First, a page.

1. ## Problem help

2p
---
p - 3

+

2+p
____
p

-
-6
____
p^2 - 3p

Where do i begin?

2. Originally Posted by Tenskypoo

2p
---
p - 3

+

2+p
____
p

-
-6
____
p^2 - 3p

Where do i begin?
Is this what you've tried to write?

$\frac{2p}{p - 3} + \frac{2 + p}{p} - \frac{-6}{p^2 - 3p}$?

If so, you need to multiply each term by a cleverly disguised 1, so that they all have the same denominators. Then you can add the numerators.

3. Originally Posted by Tenskypoo

2p/(p - 3) + (2 + p)/p - (-6)/(p^2 - 3p)

Where do i begin?
To start, factor the third denominator. Then note that the least common denominator will be p(p - 3).

Convert the three fractions to this common denominator, and then add and subtract the numerators.

Then simplify the result, if possible, by factoring the numerator and seeing if anything cancels.

If you get stuck, please reply showing your work, either using LaTeX or else using standard web-safe formatting to make your meaning clear. Your work will probably start something like:

. . . . . $\left(\frac{2p}{p\, -\, 3}\right)\left(\frac{p}{p}\right)\, +\, \left(\frac{2\, +\, p}{p}\right)\left(\frac{p\, -\, 3}{p\, -\, 3}\right)\, +\, \frac{6}{p(p\, -\, 3)}$

Thank you!

4. Originally Posted by Tenskypoo

2p
---
p - 3

+

2+p
____
p

-
-6
____
p^2 - 3p

Where do i begin?
Originally Posted by Prove It
Is this what you've tried to write?

$\frac{2p}{p - 3} + \frac{2 + p}{p} - \frac{-6}{p^2 - 3p}$?

If so, you need to multiply each term by a cleverly disguised 1, so that they all have the same denominators. Then you can add the numerators.
Hi Tenskypoo,

And the next step...

$\frac{2p}{p - 3} + \frac{2 + p}{p} + \frac{6}{p(p - 3)}$

This makes your LCD = $p(p-3)$

Looking at it a little differently than the others, try multiplying this LCD by each term in your expression, cancelling appropriately as you go. By doing this, you create your new numerator.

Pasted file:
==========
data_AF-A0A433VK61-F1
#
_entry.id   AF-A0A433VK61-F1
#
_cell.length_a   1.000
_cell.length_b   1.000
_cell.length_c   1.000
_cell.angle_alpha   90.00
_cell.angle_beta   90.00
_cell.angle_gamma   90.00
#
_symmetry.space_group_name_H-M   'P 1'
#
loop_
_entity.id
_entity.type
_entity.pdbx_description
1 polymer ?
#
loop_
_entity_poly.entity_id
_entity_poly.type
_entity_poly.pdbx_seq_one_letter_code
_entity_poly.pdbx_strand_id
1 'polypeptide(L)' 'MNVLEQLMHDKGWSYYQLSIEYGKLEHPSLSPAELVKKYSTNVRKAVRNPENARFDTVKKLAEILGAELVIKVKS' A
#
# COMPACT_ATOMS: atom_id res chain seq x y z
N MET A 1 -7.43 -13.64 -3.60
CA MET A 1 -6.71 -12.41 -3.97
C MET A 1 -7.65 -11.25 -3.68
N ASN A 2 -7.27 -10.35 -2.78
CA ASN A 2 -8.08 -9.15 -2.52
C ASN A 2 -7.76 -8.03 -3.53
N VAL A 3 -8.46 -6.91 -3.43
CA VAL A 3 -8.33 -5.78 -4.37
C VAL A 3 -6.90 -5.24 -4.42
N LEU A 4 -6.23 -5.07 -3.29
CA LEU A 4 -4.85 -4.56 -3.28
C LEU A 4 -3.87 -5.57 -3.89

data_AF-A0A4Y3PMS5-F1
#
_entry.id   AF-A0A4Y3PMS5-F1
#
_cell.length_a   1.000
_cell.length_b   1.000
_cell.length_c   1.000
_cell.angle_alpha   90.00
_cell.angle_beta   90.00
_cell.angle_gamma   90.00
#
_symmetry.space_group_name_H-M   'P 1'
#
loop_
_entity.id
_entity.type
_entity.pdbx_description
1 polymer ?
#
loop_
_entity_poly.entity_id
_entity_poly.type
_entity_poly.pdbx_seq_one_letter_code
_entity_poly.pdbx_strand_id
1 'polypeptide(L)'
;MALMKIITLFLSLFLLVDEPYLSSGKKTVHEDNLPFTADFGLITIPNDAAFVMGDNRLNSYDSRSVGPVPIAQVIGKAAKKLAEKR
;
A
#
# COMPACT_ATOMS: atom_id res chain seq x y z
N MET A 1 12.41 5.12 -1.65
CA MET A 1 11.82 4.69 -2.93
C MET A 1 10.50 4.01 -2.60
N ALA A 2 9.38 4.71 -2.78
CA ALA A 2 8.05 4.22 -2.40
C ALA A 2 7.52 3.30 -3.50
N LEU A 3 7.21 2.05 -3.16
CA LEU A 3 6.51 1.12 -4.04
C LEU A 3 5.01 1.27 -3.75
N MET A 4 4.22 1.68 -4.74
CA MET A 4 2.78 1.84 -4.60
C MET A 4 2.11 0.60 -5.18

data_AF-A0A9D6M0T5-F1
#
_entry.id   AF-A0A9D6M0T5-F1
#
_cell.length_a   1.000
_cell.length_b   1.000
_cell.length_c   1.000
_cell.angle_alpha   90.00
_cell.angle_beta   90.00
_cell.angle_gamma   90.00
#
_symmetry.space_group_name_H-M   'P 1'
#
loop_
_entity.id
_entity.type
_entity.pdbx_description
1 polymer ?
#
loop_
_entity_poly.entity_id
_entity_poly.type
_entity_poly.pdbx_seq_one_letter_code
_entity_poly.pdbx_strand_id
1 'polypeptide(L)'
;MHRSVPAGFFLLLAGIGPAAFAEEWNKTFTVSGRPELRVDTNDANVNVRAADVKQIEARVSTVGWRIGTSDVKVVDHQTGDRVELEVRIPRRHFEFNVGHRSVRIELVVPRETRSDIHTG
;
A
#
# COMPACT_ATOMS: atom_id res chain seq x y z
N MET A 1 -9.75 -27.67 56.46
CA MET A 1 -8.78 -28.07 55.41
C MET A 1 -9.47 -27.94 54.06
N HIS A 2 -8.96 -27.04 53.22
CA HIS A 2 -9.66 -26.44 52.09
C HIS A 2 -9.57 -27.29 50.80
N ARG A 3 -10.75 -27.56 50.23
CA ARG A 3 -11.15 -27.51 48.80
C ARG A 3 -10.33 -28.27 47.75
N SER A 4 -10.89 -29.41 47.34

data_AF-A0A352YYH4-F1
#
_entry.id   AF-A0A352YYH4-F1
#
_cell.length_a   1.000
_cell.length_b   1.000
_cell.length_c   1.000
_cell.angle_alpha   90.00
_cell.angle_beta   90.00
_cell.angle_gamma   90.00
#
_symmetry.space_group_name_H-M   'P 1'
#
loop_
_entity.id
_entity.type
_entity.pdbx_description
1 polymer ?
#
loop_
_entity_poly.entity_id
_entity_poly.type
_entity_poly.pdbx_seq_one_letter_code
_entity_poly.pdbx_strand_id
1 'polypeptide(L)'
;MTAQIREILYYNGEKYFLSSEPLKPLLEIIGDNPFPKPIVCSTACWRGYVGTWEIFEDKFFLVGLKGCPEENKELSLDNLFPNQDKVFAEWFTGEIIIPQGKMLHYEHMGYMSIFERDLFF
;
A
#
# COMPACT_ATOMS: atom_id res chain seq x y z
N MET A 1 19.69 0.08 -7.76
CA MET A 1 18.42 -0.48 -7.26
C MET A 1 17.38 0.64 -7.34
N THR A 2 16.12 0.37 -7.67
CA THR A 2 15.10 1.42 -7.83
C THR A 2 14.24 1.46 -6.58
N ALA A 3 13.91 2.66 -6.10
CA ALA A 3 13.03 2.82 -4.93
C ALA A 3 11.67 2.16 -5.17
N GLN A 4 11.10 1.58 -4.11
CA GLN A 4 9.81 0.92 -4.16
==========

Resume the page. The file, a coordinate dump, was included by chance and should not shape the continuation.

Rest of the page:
$p(\rlap{////}p-3)\left(\frac{2p}{\rlap{////}p-3}\right)+\rlap{/}p(p-3)\left(\frac{2+p}{\rlap{/}p}\right)+\rlap{//////}p(p-3)\left(\frac{6}{\rlap{///////}p(p-3)}\right) \Longrightarrow 2p^2+(p-3)(p+2)+6$

Expand and combine terms and place this over $p(p-3)$

$\frac{2p^2+(p-3)(p+2)+6}{p(p-3)}$

Now, simplify.

Just a variation on a theme.

5. Originally Posted by masters
Hi Tenskypoo,

And the next step...

$\frac{2p}{p - 3} + \frac{2 + p}{p} + \frac{6}{p(p - 3)}$

This makes your LCD = $p(p-3)$

Looking at it a little differently than the others, try multiplying this LCD by each term in your expression, cancelling appropriately as you go. By doing this, you create your new numerator.

$p(\rlap{////}p-3)\left(\frac{2p}{\rlap{////}p-3}\right)+\rlap{/}p(p-3)\left(\frac{2+p}{\rlap{/}p}\right)+\rlap{//////}p(p-3)\left(\frac{6}{\rlap{///////}p(p-3)}\right) \Longrightarrow 2p^2+(p-3)(p+2)+6$

Expand and combine terms and place this over $p(p-3)$

$\frac{2p^2+(p-3)(p+2)+6}{p(p-3)}$

Now, simplify.

Just a variation on a theme.
You can't just multiply terms by anything unless you have an equation you can do it to both sides of.

The only thing you can multiply each term by is 1.

6. Originally Posted by Prove It
You can't just multiply terms by anything unless you have an equation you can do it to both sides of.

The only thing you can multiply each term by is 1.
Hi Prove It,

I understand what you are saying. Really, I do.

The only contribution I wanted to make here is that if you want to find a new numerator given a different denominator (LCD), then you can do what I just demonstrated. It's just a technique.

For instance, say, you need to convert $\frac{3}{4}$ to $\frac{?}{8}$, you would just multiply $\frac{3}{4}$ by $8$ to get $6$. And that's your new numerator.